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Deus Ex and the Importance of Caring - Destructoid






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So here's me,

My real name is Max and I'm a diehard Browncoat. I also have an encyclopedic knowledge of the Star Wars universe left over from a childhood obsession, as well as an actual Star Wars encyclopedia, but that's another matter.

I like to sleep, but keep odd hours, I like food A LOT, I like TV on occasion, I'm not a huge fan of any music except symphonic, and apparently I have bad music taste, even at 20 I can barely grow enough facial hair to justify shaving more than twice a week, I love to write, I kinda read, I hate a couple of the people in my J-school program, HBO is perfect, LOST is actually alright, I'm a total gearhead, Avatar was a terrible movie but an incredible experience, How to Train Your Dragon was very, VERY awesome, and all I want at this moment is a 1:1 stuffed Appa.

Guess what this last paragraph used to be for? My two cents on the games/art debate. Guess what's here now? NOTHING, and that's the way I likes it.




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So here's the deal,

I was recently fortunate enough to stumble upon a failing Rogers Video that was selling its used and rented games at three for one. Ever the opportunist, I dashed in to get my grubby meat hooks on whatever scraps they had left. Seriously, I would have been happy with Mario and Sonic at the Olympic Games.

But to my great surprise, I did not find Masatog on the used shelf or indeed any shelf in the store. I instead found three games that were actually worth some form of currency. For the incredible price of $40 Canadian, which for you plebes in America is about $40.40, I picked up Deus Ex basically new, as well as Bayonetta and Enslaved.

After almost literally skipping home, I slipped into the world of augments and magic sunglasses. (small sidenote, couldn't you just aug sun protection into his eyes? Anyway...) I played Deus Ex for about a week and was delighted by not only the gameplay, but the plagiarism contained within. Yes, that's the Mass Effect soundtrack you hear, which is actually the Bladerunner soundtrack. Funny how that works. Oh and in yet another effort to completely ruin the flow of this article, there's a riff in the Bastion soundtrack - which is awesome - that is 95% identical to one in Firefly, brownie points to anyone who can name the scene or at least episode it's in.



Anyway, where was I? Yes, Deus Ex. The game kept me playing for about a week and a half before I stopped coming back. This wasn't because it wasn't fun, it was, immensely. And it wasn't because it was ugly or hard to play, neither are true. I stopped coming back because the story got dull.

Now realizing that kinda shocked me. I've always waffled on the gameplay/story issue, but I never thought a lack-lustre story could keep me from coming back to a game that was genuinely entertaining to play.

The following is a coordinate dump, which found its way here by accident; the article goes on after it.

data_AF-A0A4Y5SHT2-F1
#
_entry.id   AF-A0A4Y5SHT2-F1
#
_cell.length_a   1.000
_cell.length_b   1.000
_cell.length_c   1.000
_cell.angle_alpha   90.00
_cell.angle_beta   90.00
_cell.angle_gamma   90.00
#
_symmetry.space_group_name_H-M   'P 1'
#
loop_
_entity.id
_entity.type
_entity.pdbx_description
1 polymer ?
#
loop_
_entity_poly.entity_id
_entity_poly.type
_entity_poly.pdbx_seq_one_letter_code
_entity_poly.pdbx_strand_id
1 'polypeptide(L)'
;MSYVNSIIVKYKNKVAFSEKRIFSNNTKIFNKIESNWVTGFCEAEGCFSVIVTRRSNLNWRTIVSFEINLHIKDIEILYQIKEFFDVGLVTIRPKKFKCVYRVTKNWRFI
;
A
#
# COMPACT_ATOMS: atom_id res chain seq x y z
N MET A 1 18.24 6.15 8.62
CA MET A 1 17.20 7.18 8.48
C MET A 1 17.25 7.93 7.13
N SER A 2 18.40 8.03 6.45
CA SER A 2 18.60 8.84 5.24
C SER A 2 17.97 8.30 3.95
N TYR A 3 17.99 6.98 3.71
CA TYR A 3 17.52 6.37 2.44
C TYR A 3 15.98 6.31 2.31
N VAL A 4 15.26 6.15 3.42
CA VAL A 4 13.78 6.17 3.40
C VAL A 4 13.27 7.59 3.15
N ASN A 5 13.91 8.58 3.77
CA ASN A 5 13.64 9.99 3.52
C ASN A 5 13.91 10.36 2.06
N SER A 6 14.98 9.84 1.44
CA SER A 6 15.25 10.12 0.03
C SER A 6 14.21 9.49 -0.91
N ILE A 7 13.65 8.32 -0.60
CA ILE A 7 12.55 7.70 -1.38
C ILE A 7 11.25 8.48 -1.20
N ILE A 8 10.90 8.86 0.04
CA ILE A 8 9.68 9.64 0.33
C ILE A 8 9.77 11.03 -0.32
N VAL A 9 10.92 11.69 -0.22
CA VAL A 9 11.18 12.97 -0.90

Here's the catch though, this wasn't a affirmative act on the part of the game. It's not like this story actively disappointed me and I stopped playing out of spite or something, the story just completely lost its ability to intrigue me. I had stopped caring - which, if you're Om Nom initiated, is a thing that is important - so I stopped playing.

I've written and scrapped many a thousand word blog on this subject, but the long and short of it is, to be good, a game has to make you care. Doesn't matter if you care about the story, the competition between you and your friends, the characters, the challenge, whatever, if you care, you will come back.



And this is why I think people (at one time myself included) get all up in arms when the importance of story in games is attacked. A good story is not in any sense of the word necessary, or even comparatively important. Making the player care is what counts, and a good story just happens to one of the most effective, and therefore common ways to achieve that.

It can be done through gameplay just as easily, with games like Geo Wars standing as perfect examples. There's not a whiff of story or plot to be found in that game, yet people care because it's fun as shit, and because they can compete with their friends. I say "they" because I'm completely noncompetitive, never broken 250k. Knutaf's done something inhuman like 4 million or somewhere in that area, and he can do that because the gameplay and leaderboards made him care about his performance.

So the next time you're getting served by some rube in a flame war over why story is more important than gameplay is more important than characters, realize you're all arguing the same point, you just the game to give you something you can care about.

~Om nom nom nom...

PS I know this is literally a month late at this point, but I had an incredible time with you all at PAX. I met more awesome people than I could count, and it was largely because of you that that weekend was absolutely everything I wanted it to be. Next year's mission: bring camera to capture love-in.



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